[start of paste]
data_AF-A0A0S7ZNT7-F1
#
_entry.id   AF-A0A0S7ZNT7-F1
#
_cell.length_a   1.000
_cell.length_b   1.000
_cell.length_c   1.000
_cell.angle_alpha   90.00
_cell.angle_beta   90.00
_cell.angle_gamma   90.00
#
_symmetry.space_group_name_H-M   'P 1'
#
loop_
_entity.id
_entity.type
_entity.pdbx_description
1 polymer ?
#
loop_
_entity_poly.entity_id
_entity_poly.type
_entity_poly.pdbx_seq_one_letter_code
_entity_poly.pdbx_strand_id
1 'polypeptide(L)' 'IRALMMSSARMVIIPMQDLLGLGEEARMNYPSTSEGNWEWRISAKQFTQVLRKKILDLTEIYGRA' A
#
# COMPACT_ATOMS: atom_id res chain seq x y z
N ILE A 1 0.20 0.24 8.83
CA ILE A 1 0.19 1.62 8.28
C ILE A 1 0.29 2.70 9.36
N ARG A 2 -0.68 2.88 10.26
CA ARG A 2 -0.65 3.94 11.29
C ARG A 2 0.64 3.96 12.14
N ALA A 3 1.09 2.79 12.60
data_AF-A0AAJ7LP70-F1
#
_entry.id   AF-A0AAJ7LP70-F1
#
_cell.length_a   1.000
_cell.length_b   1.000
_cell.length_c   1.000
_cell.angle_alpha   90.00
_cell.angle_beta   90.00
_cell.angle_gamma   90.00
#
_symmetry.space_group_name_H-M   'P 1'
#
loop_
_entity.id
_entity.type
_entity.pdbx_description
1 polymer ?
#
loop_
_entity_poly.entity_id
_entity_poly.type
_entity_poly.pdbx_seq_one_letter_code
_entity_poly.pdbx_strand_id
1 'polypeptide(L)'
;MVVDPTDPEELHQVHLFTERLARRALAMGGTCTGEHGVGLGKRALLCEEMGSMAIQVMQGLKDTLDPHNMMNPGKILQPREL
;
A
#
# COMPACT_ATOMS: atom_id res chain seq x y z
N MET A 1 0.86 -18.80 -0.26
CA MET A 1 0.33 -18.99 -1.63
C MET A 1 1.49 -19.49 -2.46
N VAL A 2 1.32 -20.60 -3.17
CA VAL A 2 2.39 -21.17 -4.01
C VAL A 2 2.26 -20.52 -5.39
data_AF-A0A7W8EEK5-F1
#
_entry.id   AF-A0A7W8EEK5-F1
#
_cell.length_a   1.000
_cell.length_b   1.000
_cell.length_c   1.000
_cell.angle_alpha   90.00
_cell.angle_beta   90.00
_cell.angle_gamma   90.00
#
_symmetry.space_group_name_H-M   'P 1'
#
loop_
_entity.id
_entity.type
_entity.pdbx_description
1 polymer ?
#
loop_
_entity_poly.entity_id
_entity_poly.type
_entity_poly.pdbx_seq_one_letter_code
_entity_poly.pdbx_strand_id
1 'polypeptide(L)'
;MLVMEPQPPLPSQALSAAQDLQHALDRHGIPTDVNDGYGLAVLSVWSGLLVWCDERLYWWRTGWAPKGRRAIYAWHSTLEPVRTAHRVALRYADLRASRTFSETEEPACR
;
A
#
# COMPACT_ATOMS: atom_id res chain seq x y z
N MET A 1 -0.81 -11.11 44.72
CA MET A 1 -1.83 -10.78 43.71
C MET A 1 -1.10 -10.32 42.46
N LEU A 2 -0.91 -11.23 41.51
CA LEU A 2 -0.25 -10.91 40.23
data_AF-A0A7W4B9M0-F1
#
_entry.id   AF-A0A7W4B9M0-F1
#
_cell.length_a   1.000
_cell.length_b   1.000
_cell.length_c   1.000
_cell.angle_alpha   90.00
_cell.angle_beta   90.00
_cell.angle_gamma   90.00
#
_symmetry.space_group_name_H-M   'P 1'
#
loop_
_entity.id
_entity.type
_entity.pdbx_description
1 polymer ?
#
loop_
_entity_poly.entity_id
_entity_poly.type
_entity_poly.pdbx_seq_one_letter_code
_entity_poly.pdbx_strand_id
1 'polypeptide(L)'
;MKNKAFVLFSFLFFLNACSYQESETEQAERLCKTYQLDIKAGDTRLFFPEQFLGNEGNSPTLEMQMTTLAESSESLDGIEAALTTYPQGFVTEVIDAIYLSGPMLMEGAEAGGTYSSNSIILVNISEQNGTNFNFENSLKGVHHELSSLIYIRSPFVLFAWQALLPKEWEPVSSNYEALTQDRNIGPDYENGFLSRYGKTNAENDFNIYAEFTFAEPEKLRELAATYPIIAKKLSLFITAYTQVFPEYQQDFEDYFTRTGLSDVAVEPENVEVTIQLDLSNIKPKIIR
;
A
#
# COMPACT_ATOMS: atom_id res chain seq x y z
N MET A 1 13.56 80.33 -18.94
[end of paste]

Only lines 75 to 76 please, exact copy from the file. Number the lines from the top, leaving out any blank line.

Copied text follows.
_cell.length_a   1.000
_cell.length_b   1.000